Fighting fires is unquestionably a dangerous job. But it’s not just the flames that pose a serious threat to the health of firefighters; the chemicals they encounter and inhale are equally as deadly. Many of these chemicals are known to or suspected to cause cancer, which the CDC says is a leading cause of death among firefighters. According to the International Association of Fire Fighters, cancer caused 66 percent of the career line-of-duty deaths from 2002 to 2019.
On December 10, St. Peter’s Health Partners (SPHP) held a free screening for the City of Albany Fire Department to raise awareness of this risk. The screening was part of a pilot program SPHP launched earlier this year in conjunction with Capital Region Urology, a practice of St. Peter’s Health Partners Medical Associates.
SPHP medical providers, including Jonah Marshall, M.D., Theodore Chang, M.D., Harrison Miller, PA-C, and Linda Abriel NP, along with nurses and ultrasound techs, volunteered their time to screen firefighters for a variety of cancers including bladder, kidney, testicular, and prostate. They provided kidney ultrasounds; rectal, testicular, and thyroid exams; blood pressure checks; and measured BMI (body mass index). In addition to cancer, they used the screening to look for signs of heart disease, or other abnormalities that could indicate a health problem in need of immediate treatment, or one that might need to be monitored in the future.
Of the 60 men screened, 16 were found to have hematuria (blood in the urine); 27 had high blood pressure; one had an abnormal lung exam; one had kidney stones; and one had an abnormal testicular exam. Many did not have primary care physicians and were connected with one following their screening.
Firefighters are exposed to hundreds of different chemicals on the job. Some are the byproducts of combustion or burning; others come from the materials that are burning. Firefighters breathe these chemicals in, and can also get them on their skin, in their eyes, or ingest them. Reusing contaminated personal protective equipment can also lead to additional exposure. As a result, every time men and women fight a fire, they are exposed to these carcinogens and increase their risk for bladder, testicular, prostate, kidney, colon, lung, and head and neck cancers, as well as melanoma.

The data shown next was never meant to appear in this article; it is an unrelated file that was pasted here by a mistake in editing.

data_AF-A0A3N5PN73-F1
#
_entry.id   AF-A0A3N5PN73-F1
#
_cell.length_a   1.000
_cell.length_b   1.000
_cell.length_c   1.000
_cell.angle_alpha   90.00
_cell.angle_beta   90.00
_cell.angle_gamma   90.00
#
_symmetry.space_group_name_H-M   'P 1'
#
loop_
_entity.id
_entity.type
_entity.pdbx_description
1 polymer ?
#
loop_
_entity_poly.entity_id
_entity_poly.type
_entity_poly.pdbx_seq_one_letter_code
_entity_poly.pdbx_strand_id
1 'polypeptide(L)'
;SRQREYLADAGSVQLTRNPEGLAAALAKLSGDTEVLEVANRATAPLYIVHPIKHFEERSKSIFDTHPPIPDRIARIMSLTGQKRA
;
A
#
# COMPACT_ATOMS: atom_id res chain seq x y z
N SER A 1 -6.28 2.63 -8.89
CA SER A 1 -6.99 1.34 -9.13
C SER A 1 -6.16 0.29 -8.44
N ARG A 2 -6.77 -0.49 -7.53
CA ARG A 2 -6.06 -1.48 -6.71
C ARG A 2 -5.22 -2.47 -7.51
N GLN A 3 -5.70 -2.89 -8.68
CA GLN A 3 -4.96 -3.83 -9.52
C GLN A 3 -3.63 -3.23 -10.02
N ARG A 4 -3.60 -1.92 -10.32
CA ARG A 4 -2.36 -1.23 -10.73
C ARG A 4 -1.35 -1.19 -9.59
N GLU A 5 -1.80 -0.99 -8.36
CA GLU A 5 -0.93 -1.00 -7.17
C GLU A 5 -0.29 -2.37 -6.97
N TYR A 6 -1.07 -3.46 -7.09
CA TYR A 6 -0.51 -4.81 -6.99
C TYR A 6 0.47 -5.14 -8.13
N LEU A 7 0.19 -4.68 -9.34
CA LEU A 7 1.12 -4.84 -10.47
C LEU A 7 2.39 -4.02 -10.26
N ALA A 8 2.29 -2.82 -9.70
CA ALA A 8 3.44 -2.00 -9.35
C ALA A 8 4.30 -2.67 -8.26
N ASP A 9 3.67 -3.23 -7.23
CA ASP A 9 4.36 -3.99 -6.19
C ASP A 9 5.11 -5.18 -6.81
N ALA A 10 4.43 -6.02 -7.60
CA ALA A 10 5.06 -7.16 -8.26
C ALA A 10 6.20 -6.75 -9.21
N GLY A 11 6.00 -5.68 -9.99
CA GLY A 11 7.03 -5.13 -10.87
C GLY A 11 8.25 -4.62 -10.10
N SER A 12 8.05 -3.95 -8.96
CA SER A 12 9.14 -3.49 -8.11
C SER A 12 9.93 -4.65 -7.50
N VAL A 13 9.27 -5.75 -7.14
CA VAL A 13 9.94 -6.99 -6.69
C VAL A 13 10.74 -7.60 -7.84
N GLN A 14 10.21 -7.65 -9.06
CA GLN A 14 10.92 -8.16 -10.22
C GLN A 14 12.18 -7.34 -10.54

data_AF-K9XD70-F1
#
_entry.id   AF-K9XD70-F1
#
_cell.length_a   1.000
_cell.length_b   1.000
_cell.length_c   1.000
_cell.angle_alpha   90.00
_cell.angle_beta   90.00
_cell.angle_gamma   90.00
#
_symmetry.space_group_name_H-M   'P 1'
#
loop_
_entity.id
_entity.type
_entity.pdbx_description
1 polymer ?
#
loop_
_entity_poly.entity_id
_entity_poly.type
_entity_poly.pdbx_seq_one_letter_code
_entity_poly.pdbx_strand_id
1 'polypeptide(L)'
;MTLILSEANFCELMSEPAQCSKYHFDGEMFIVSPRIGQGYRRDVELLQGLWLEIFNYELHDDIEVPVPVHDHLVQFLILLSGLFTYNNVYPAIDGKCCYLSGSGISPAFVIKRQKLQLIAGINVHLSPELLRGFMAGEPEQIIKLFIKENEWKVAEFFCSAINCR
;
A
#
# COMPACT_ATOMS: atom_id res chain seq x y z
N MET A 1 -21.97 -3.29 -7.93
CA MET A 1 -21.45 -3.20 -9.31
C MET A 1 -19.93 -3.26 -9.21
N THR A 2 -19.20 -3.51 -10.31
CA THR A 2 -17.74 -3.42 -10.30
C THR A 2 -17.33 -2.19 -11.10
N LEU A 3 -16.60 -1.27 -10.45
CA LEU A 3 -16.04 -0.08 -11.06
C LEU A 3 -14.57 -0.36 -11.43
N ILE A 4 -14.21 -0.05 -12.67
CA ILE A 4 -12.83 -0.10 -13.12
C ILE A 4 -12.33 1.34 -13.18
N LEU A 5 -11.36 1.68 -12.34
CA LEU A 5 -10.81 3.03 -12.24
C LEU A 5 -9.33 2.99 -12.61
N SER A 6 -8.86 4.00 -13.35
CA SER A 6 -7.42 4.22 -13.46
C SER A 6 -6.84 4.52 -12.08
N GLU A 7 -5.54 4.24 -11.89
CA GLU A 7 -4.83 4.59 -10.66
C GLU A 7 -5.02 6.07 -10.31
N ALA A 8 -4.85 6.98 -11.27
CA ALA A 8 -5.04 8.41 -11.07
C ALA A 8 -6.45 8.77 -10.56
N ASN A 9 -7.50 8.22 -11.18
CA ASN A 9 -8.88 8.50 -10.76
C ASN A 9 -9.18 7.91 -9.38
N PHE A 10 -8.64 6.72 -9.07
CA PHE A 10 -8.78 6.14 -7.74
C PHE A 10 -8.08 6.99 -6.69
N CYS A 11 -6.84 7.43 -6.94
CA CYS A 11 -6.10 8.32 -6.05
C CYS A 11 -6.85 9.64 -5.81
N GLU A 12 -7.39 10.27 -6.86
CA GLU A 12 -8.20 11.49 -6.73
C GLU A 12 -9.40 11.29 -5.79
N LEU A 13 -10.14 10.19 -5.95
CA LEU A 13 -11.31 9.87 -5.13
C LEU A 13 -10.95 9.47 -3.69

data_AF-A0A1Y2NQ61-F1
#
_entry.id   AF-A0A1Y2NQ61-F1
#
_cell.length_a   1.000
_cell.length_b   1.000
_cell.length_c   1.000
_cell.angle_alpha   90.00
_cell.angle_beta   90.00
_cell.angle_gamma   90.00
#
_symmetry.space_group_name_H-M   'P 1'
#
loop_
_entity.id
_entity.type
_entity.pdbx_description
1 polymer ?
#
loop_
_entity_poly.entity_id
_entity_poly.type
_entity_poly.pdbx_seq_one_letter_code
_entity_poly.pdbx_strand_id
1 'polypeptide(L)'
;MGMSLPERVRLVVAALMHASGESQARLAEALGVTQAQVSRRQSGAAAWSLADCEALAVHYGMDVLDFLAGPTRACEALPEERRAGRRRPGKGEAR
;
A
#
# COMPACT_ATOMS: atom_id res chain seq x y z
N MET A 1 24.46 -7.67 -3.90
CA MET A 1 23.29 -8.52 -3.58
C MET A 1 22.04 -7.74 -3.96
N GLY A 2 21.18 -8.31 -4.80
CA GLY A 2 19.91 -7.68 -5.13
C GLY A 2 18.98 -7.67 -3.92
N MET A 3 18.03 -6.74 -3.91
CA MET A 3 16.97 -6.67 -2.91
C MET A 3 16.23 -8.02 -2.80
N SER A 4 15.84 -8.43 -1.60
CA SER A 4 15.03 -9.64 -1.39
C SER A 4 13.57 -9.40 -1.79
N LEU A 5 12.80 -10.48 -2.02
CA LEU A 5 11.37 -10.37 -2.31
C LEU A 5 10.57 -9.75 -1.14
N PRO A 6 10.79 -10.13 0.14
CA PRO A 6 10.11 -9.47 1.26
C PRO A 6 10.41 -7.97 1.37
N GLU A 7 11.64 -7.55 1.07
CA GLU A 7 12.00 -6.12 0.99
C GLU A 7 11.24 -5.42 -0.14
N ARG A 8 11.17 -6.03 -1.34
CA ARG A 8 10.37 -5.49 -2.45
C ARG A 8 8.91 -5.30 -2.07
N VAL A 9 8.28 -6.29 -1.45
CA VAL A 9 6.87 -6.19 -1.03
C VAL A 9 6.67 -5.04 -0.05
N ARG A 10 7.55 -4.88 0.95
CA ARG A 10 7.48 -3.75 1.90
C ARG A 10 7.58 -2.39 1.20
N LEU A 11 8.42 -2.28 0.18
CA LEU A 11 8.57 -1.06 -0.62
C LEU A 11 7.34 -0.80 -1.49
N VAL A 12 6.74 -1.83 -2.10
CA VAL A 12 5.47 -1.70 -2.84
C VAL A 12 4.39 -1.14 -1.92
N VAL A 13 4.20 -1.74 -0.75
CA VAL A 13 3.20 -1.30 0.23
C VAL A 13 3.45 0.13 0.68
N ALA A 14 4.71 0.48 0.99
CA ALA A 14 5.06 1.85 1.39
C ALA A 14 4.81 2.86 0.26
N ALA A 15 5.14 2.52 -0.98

Dan Willey, exec. board, Albany Firefighters Local 2007, says the Albany Fire Department has suffered an exorbitant number of cancer illnesses and deaths over the years. He stressed the importance of the cancer screening, particularly for the department’s younger men.
“When you’re hired in your early 20s, you’re not really thinking about your twenty- or thirty-year-career and what can happen through the evolution of that career,” said Willey. “But cancer is ever-present in today’s firefighting community. The only way to survive cancer is to get that early detection and this is by far the best tool provided to us and I want to thank St. Peter’s for reaching out and making this happen.”
The pilot program was spearheaded by Dr. Marshall in conjunction with SPHP’s Cancer Care Center. Dr. Marshall says he became aware of the increased risk after treating three firefighters for various types of cancer. All three were from the same fire department in Cohoes.
“It’s surprising that the number of urologic malignancies is actually extremely high among firefighters, including renal, bladder, testicular, prostate cancers,” explained Dr. Marshall. “These are young, healthy men in their 20s, 30s and 40s. I think it’s really important. These are men and women who are out putting their lives on the line for us and it’s crucial that we look out for them.”
SPHP plans to screen another 80 members of the Albany Fire Department in the coming weeks and is in discussion to expand the program to other cities throughout the Capital Region.
January is Fire Fighter Cancer Awareness Month.